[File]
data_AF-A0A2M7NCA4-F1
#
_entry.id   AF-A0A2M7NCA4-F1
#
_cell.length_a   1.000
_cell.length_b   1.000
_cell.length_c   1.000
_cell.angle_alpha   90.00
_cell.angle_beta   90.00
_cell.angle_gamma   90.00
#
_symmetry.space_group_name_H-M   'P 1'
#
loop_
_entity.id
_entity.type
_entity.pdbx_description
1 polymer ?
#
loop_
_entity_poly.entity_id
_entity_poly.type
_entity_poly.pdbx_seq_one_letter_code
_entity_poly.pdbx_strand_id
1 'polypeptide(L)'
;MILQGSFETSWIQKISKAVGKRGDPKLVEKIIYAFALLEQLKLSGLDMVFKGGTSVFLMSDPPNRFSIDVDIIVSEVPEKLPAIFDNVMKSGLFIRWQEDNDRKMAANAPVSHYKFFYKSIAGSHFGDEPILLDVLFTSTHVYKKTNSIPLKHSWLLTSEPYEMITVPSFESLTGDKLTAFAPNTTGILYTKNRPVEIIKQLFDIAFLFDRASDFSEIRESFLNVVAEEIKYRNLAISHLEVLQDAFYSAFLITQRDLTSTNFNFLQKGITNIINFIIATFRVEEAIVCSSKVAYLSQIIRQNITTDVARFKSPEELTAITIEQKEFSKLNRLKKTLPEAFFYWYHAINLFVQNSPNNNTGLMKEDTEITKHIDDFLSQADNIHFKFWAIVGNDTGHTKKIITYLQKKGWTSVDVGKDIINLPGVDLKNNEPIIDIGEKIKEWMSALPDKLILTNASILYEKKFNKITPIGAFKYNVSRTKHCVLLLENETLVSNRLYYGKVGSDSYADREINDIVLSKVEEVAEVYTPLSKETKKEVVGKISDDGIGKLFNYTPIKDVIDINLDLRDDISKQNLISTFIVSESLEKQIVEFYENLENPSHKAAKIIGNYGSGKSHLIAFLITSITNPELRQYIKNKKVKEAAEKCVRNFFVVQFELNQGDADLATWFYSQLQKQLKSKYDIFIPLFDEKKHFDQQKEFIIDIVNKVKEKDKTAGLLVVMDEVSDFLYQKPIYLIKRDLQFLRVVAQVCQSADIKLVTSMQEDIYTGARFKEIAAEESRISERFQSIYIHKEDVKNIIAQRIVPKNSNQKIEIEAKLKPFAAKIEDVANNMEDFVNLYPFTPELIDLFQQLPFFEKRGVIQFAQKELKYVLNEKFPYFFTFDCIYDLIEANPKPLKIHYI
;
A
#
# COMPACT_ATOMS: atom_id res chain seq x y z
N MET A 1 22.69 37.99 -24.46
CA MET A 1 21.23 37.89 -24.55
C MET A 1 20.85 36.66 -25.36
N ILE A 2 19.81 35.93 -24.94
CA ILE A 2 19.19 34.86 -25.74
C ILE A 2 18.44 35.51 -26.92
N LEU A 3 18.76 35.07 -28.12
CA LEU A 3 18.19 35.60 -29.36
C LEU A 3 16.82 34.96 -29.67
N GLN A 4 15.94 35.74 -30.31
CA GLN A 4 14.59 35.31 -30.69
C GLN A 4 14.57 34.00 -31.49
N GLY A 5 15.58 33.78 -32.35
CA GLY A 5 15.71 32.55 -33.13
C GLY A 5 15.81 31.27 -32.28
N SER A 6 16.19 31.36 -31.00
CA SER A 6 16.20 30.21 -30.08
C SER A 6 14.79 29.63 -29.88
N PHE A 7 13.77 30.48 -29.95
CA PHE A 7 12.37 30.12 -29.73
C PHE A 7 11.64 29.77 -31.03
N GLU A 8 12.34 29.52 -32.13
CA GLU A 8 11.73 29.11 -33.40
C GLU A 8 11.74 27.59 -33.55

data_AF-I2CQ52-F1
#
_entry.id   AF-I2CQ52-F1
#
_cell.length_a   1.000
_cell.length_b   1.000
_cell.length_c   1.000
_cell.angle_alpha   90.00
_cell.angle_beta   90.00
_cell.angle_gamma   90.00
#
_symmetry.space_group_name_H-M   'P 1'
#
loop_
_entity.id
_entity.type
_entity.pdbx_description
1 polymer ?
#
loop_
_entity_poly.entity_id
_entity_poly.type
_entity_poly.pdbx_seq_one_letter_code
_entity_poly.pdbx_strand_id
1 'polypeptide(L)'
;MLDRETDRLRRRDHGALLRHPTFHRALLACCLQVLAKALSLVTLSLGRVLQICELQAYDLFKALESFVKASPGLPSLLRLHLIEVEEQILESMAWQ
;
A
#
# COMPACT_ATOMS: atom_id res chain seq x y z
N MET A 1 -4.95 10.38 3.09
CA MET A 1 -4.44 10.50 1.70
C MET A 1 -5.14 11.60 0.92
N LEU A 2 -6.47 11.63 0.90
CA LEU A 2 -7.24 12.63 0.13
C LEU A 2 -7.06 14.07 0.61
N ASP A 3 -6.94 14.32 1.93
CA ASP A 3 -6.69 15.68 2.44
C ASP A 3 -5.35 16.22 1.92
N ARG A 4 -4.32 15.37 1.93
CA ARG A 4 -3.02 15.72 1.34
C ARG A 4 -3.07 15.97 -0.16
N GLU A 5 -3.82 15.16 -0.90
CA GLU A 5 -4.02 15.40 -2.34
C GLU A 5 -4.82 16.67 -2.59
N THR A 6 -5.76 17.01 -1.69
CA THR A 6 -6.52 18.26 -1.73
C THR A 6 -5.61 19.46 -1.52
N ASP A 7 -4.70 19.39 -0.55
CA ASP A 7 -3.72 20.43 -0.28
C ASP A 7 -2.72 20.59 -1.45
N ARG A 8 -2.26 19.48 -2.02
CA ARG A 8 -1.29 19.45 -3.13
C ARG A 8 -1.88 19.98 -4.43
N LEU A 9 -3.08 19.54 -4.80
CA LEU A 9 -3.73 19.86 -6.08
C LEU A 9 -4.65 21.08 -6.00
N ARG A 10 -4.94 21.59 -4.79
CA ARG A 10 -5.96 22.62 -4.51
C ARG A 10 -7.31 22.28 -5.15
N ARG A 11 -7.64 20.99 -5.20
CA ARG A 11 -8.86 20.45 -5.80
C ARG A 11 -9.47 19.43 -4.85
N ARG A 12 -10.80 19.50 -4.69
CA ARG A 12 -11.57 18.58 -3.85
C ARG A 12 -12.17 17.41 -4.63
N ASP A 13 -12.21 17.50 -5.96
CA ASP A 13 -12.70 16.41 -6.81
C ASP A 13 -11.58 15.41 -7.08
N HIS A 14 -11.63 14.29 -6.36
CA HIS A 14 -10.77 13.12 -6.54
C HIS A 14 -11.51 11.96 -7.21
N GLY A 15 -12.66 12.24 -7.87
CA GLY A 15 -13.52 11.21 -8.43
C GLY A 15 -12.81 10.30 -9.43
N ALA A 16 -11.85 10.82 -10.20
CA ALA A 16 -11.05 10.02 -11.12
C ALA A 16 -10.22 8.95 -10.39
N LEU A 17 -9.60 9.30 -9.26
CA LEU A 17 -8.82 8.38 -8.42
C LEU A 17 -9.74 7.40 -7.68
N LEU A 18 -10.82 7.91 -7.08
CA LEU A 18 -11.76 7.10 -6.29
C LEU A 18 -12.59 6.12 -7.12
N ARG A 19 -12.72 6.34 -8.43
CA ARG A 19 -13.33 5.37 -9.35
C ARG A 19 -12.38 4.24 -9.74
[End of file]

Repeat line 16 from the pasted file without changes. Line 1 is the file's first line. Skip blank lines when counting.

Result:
_entity.type